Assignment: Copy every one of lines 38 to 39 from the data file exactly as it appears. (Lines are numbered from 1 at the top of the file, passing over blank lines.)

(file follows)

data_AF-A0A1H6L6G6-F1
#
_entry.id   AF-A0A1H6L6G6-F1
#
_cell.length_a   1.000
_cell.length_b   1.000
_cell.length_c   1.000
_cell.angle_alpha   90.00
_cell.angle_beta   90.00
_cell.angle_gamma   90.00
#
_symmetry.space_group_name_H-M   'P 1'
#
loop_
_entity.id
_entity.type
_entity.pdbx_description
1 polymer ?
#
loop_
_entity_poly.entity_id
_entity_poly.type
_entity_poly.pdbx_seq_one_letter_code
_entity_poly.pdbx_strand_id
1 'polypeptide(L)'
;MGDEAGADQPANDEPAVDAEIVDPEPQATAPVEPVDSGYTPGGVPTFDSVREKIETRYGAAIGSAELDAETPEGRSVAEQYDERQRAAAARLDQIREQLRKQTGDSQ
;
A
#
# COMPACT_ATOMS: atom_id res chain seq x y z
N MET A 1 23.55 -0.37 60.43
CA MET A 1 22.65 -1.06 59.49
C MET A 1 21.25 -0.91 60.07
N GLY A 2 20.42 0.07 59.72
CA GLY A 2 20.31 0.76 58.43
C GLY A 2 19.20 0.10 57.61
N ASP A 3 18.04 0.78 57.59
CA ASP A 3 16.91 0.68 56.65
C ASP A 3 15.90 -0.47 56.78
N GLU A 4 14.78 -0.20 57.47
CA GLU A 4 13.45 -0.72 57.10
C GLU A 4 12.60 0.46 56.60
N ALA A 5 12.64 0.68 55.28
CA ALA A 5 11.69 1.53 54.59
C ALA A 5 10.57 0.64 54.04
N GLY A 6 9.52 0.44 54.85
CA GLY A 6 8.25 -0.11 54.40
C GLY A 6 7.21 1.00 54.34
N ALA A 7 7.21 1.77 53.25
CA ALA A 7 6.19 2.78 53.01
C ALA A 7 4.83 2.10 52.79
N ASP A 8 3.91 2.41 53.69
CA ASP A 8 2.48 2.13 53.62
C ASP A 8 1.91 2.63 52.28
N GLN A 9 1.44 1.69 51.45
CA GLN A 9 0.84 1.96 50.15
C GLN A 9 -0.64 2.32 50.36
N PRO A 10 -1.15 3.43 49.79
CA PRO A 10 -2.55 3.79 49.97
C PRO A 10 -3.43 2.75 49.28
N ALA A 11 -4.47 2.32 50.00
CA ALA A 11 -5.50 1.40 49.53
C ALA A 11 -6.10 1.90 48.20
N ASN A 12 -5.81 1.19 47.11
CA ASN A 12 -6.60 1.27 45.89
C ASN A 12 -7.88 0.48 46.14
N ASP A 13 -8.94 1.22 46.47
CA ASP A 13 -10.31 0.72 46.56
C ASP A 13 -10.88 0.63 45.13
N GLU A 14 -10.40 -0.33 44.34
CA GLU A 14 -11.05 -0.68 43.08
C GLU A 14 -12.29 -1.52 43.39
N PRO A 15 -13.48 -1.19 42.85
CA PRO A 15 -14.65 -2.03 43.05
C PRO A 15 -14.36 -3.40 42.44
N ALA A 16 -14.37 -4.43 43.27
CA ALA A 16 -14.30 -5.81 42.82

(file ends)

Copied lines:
CA ASP A 3 16.91 0.68 56.65
C ASP A 3 15.90 -0.47 56.78